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Though the Burlesque Lounge provided new creative relationships, many members of the cast and crew had collaborated previously. The Burlesque Lounge reintroduced Peter Gallagher with his "Guys And Dolls” co-star (and Burlesque choreographer) Denise Faye. Gallagher and Cher enjoyed a brief cinematic encounter when she had a cameo role as Larry Levy's date for an event in Robert Altman's The Player. Costume designer Michael Kaplan had his first job as an assistant on "The Sonny and Cher Show.” Theatrical lighting designers Peggy Eisenhauer and Jules Fisher previously collaborated with choreographers Denise Faye and Joey Pizzi on Rob Marshall's Chicago, and with Alan Cumming for his Tony Award-winning turn in "Cabaret.” Christina Aguilera took dancer Paul Kirkland on the road with her for two of her tours.

The first few weeks of production were divided between filming big musical numbers ("E.X.P.R.E.S.S.,” "A Guy What Takes His Time,” and "I Am A Good Girl”) and quiet, often intimate scenes between Gigandet and Aguilera. Gigandet praises his co-star for her commitment. "She came to play. She really did,” Gigandet enthuses. "She jumped into the deep end of the pool as quickly as possible. It was a crash course. She was open-minded and willing, throughout the whole movie. It was kind of an exciting journey to see how she was on the first day to where she is now. It was special to be a part of this because you could see her grow.”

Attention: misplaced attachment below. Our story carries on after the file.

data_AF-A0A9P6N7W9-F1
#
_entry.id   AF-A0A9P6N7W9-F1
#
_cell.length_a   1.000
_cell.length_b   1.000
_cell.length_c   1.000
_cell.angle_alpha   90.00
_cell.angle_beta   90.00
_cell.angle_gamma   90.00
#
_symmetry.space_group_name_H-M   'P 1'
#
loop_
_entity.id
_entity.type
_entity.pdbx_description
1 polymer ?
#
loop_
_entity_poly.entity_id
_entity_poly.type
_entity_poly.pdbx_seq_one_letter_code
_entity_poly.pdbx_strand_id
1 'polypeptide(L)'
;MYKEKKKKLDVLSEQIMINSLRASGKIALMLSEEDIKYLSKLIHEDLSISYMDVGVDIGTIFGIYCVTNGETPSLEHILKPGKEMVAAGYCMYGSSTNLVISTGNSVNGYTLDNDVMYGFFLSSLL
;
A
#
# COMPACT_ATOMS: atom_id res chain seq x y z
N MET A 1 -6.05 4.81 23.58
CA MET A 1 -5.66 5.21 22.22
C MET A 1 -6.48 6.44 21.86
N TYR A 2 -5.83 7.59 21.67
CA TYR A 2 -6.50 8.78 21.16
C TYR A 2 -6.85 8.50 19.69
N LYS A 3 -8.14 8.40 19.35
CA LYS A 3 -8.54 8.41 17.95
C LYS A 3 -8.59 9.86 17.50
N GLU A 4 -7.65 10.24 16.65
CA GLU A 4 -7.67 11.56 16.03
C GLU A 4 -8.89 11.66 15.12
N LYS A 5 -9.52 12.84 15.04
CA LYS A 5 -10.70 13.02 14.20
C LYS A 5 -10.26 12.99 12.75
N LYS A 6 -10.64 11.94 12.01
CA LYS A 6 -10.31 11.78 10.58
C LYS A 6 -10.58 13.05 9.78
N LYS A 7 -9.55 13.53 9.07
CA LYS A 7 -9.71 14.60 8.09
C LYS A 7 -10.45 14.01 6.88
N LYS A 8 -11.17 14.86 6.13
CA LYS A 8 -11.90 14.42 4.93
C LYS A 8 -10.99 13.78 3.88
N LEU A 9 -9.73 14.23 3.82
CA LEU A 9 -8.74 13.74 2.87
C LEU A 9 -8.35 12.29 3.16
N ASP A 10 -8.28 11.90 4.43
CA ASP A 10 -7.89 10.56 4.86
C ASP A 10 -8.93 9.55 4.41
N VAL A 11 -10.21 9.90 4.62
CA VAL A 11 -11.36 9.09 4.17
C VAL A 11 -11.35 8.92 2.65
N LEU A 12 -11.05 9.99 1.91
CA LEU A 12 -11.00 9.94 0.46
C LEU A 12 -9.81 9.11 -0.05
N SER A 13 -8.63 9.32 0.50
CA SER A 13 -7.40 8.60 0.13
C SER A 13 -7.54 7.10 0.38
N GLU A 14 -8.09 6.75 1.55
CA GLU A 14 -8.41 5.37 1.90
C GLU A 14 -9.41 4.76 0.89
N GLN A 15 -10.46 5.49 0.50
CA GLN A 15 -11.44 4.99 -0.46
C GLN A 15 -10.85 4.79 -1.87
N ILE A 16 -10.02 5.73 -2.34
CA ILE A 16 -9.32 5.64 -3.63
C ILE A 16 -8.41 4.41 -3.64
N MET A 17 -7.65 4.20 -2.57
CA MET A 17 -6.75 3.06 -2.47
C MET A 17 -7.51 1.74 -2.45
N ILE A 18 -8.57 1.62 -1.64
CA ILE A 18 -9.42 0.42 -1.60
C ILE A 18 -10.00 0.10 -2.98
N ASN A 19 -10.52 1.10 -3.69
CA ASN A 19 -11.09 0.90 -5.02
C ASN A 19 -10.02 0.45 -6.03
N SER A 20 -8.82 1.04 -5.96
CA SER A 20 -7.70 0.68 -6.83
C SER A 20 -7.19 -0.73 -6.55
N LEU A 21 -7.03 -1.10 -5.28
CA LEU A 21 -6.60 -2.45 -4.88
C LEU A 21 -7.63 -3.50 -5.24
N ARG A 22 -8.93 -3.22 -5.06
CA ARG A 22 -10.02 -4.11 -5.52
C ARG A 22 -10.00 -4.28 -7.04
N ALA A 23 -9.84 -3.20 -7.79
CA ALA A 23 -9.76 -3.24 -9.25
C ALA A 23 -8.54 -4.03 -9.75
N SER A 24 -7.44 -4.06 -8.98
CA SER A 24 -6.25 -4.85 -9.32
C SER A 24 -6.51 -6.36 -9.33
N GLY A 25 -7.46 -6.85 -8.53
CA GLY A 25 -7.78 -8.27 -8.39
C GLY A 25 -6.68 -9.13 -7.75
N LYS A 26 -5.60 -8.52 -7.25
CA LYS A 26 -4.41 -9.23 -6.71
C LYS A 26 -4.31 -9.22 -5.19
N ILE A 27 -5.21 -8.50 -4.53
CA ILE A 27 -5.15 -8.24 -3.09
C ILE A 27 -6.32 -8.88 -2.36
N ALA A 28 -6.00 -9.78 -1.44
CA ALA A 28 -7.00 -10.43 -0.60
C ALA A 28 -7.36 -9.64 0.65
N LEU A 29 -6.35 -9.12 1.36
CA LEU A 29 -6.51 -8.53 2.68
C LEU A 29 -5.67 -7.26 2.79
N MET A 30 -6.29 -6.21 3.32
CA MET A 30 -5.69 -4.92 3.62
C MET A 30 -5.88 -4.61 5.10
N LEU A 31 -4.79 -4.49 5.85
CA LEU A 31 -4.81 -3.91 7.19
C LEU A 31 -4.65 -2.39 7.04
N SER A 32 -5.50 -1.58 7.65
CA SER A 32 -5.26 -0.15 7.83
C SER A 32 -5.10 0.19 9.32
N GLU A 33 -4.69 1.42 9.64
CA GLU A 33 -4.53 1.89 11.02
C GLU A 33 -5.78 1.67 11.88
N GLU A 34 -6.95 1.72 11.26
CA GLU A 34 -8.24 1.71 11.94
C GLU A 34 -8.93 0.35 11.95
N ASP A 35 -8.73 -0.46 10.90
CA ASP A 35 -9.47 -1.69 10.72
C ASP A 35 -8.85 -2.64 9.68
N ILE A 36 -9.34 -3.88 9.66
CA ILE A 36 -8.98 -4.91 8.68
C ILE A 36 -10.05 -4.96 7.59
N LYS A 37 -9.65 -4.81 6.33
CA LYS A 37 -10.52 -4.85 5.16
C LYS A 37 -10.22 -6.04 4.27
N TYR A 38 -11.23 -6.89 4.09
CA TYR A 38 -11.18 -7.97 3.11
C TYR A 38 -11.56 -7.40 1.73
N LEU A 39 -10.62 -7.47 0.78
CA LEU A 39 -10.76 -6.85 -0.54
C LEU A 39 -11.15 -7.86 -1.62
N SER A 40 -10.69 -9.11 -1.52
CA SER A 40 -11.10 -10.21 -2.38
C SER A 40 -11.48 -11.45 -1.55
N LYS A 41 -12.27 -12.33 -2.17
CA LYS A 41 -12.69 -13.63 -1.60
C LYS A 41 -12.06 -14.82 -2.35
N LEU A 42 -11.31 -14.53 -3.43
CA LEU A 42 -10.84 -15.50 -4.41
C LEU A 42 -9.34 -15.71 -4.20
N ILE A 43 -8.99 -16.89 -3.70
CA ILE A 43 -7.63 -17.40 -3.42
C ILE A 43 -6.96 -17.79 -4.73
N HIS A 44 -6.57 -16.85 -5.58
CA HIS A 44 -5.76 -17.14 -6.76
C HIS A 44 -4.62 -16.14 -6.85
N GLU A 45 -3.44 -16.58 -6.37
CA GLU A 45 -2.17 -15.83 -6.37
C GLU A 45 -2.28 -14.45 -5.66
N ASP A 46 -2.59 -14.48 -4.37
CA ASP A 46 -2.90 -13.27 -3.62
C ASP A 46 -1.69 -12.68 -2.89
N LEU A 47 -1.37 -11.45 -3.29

Furthermore, Gigandet notes that director Steven Antin devoted as much of his attention to the film's smaller moments as he did to the breathtaking musical numbers: "He was so focused on simply the story, the acting, and the relationship that these two were going through. I feel like that's rare, especially on such a big movie. When it came to those details, he stepped up and didn't let all the distractions get in the way, which is great.”

Director of photography Bojan Bazelli helped Antin capture Burlesque's wildest, most romantic and most thrilling moments. Bazelli comments: "Color is a big player in this movie. It has vibrancy. Burlesque, in my mind, is red. We played where we added lots of red tones in the entire musical. Any time there is a number, there is a significant amount of very rich, saturated red.”

Bazelli aimed to set a distinction between Ali's Hollywood and her world inside the club. "Any time we enter the club, the club is vibrant, its colors are vibrant,” Bazelli says. "The contrast is stronger. Whereas when we are in the streets -- and not that Hollywood is not a vibrant place -- but we tried to keep it a little less colorful. The tonality is monochromatic. It's representing two worlds: One would be Cher's world, one would be the world of Christina, a new arrival in town.”

Bazelli worked seamlessly with Eisenhauer and Fisher to create an active, bold vision for the lounge's musical sequences. Peter Gallagher observes: "Bojan creates a world that appears real, that we're living in and acting in and telling the story in, and Peggy illuminates this heightened reality and helps tell the story of these musical numbers. There's an extraordinary amount of cooperation and coordination in their two separate worlds.”

Occasionally, the production would leave the stage to venture out into practical locations. There were some obvious logistical difficulties in bringing two music icons into the middle of Hollywood. Nevertheless, Antin had a dream to shoot a scene on Hollywood Boulevard. He comments: "I grew up here. The sun sets almost right in the center of Hollywood Boulevard and creates this incredible light that blasts down Hollywood Boulevard, and it reflects off those terrazzo, slick, Walk of Fame sidewalks. I'd seen it so many times and I always wanted to shoot it, and I got to shoot it in this movie. I had no idea that it was going to be as crazy as it was. There were mobs of people. I felt like we were in Times Square. I've never seen it that crowded.”